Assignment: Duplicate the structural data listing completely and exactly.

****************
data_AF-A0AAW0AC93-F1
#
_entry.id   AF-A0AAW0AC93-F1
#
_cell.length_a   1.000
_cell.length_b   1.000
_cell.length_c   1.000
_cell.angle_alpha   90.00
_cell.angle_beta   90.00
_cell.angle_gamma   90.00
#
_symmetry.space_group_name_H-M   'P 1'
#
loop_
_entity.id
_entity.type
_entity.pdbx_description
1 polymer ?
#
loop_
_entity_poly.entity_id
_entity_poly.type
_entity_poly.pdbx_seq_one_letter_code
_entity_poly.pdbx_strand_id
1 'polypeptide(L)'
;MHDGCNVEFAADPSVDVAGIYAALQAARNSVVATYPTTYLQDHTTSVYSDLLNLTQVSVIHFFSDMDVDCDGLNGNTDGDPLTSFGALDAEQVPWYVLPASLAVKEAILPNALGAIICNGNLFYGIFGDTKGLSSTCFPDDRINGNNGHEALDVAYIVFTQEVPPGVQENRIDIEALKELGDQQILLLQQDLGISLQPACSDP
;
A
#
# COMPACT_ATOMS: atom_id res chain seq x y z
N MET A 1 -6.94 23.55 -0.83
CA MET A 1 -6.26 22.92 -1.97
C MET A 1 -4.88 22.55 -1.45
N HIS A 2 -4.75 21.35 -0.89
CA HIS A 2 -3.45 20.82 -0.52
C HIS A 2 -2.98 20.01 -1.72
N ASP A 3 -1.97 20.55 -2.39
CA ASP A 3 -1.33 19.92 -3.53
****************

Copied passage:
data_AF-A0AAW0AC93-F1
#
_entry.id   AF-A0AAW0AC93-F1
#
_cell.length_a   1.000
_cell.length_b   1.000
_cell.length_c   1.000
_cell.angle_alpha   90.00
_cell.angle_beta   90.00
_cell.angle_gamma   90.00
#
_symmetry.space_group_name_H-M   'P 1'
#
loop_
_entity.id
_entity.type
_entity.pdbx_description
1 polymer ?
#
loop_
_entity_poly.entity_id
_entity_poly.type
_entity_poly.pdbx_seq_one_letter_code
_entity_poly.pdbx_strand_id
1 'polypeptide(L)'
;MHDGCNVEFAADPSVDVAGIYAALQAARNSVVATYPTTYLQDHTTSVYSDLLNLTQVSVIHFFSDMDVDCDGLNGNTDGDPLTSFGALDAEQVPWYVLPASLAVKEAILPNALGAIICNGNLFYGIFGDTKGLSSTCFPDDRINGNNGHEALDVAYIVFTQEVPPGVQENRIDIEALKELGDQQILLLQQDLGISLQPACSDP
;
A
#
# COMPACT_ATOMS: atom_id res chain seq x y z
N MET A 1 -6.94 23.55 -0.83
CA MET A 1 -6.26 22.92 -1.97
C MET A 1 -4.88 22.55 -1.45
N HIS A 2 -4.75 21.35 -0.89
CA HIS A 2 -3.45 20.82 -0.52
C HIS A 2 -2.98 20.01 -1.72
N ASP A 3 -1.97 20.55 -2.39
CA ASP A 3 -1.33 19.92 -3.53